When I was making the switch from C and assembly to C++ I did quite a bit of reading on object oriented programming. It's hard to find material on OOP that doesn't praise the classical pillars of encapsulation, inheritance, and polymorphism. In the early years these three pillars were advertised as solution to all the ills of software development. Object oriented programming was my first "silver bullet" experience in the software industry.
OOP has been successful. The majority of the today's most popular programming languages support classical OOP techniques as first class language features. The techniques have even pushed their way into languages like Perl and PHP, and developers including myself have used OOP to build frameworks, applications, and libraries for desktops, devices, and the web.
So then, why did I recently debate an old friend about the decline of OOP?
My friend is die hard OOP proponent. He recognizes some of the flaws in the classical OOP principle of inheritance, but for him OOP is the hammer for every nail. He proposed that the most successful UI frameworks he's ever used are all built using classic OOP principles, and therefore objects afford the most modular, reusable, and extensible software possible.
I had some time to think about this argument on a recent flight to Norway, and I think holding up frameworks like Swing and Silverlight (or to go back in time, MFC and OWL) isn't fair. You can always find places where a certain paradigm is the best solution, and for application frameworks in general, and UI frameworks in particular, OOP might have found a sweet spot. A sweet spot because UI frameworks represent an alternate reality. The architects and developers get to make the rules of the reality, and implement the code. Where else but in a UI framework can you find a workable inheritance hierarchy 9 layers deep?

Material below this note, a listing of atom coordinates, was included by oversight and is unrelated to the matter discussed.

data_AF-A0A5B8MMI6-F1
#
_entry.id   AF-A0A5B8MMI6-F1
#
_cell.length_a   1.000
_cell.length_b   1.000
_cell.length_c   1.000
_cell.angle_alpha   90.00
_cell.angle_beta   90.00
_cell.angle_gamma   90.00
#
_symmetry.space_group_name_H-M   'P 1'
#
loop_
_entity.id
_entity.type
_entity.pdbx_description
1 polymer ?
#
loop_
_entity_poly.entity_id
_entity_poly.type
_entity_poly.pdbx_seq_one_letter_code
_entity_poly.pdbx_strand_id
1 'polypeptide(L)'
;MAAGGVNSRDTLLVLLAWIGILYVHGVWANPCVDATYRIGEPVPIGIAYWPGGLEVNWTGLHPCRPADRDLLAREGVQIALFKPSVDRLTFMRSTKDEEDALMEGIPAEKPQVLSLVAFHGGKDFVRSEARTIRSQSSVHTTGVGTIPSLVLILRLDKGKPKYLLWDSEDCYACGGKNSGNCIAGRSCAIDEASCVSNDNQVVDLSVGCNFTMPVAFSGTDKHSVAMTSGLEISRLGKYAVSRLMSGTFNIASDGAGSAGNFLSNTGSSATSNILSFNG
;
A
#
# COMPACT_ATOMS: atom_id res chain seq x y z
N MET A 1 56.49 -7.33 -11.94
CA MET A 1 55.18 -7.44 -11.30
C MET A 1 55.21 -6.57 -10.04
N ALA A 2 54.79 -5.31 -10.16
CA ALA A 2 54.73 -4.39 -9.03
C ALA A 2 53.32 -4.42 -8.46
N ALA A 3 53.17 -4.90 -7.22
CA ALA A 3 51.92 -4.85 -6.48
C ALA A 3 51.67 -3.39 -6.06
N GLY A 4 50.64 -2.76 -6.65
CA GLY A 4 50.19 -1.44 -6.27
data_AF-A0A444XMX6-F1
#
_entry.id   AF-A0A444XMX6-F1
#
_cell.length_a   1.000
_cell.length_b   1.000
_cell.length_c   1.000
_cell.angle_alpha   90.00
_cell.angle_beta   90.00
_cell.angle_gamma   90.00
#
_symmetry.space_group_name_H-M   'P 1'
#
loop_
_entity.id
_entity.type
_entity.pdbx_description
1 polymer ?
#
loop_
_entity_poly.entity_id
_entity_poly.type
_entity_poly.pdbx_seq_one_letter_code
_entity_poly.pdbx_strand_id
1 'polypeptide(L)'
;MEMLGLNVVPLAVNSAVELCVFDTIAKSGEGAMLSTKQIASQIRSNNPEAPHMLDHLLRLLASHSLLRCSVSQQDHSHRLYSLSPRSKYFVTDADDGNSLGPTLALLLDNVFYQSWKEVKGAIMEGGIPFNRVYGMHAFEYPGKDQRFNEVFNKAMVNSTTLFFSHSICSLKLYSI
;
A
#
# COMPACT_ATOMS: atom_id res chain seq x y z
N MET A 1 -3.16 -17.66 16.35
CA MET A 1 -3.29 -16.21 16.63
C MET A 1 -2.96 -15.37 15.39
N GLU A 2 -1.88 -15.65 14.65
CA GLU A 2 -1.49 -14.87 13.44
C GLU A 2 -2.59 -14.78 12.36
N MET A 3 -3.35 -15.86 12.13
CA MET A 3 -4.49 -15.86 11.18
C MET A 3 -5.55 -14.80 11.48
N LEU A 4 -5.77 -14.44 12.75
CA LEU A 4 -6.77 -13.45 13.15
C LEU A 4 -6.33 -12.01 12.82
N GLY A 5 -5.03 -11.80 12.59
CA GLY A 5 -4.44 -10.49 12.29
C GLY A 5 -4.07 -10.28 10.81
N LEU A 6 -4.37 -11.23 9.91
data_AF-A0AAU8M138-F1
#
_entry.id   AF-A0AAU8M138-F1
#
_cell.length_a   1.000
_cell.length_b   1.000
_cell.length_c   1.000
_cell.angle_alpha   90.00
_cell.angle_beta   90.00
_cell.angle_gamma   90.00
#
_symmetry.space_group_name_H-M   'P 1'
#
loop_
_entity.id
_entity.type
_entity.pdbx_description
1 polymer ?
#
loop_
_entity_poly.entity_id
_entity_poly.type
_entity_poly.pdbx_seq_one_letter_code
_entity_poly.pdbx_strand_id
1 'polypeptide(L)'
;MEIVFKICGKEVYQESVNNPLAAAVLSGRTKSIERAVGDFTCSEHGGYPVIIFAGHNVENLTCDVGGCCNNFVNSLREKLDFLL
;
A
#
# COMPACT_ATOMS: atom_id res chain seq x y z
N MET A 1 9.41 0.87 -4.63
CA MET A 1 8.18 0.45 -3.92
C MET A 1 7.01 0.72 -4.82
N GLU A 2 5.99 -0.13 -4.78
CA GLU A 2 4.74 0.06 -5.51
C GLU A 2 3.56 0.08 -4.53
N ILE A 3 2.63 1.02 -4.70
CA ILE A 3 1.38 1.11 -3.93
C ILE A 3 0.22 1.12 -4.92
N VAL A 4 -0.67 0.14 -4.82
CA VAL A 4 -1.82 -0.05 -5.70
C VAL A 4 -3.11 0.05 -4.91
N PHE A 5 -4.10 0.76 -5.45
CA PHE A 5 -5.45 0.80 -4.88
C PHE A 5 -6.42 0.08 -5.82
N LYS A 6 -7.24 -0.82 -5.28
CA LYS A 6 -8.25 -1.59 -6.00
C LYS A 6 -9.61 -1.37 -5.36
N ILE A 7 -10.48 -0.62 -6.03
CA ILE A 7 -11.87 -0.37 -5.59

It's not that UI frameworks don't face constraints. There are performance constraints, memory constraints, video constraints. Still, UI frameworks are far away from the messy (and sometimes absurd) realities of the physical world. It is the application code where IS-A relationships are difficult to find and break down quickly. It is application code where roles and responsibilities are difficult to classify and harden into code because domain knowledge can span decades and domain experts will evolve the rules with every passing fiscal quarter.
It's in application code where I've found, over the last few years, that modularization and reuse come about easier by going very big, or going very small. Big in the form of web services, where you can hide an entire platform behind well defined interfaces and standards. Small in the form of functions with well defined meanings, clean inputs and outputs, and nothing but a black box in-between.
Classes? They get stuck in the middle. There is no generally accepted standard even within a single programming language like C# on how to approach class design, or how to consume a class. Do I inherit from it? Create it with the constructor? Use a factory methods? Use a factory object? Call into the base class method override before I do my work? Or After? Too many choices make simple chores complicated.
Look again at the list of the most popular programming languages and see how many languages support more than a single paradigm. It's not that OOP has failed, or is failing. It's just easy to see the other choices now that the silver has worn off the bullet.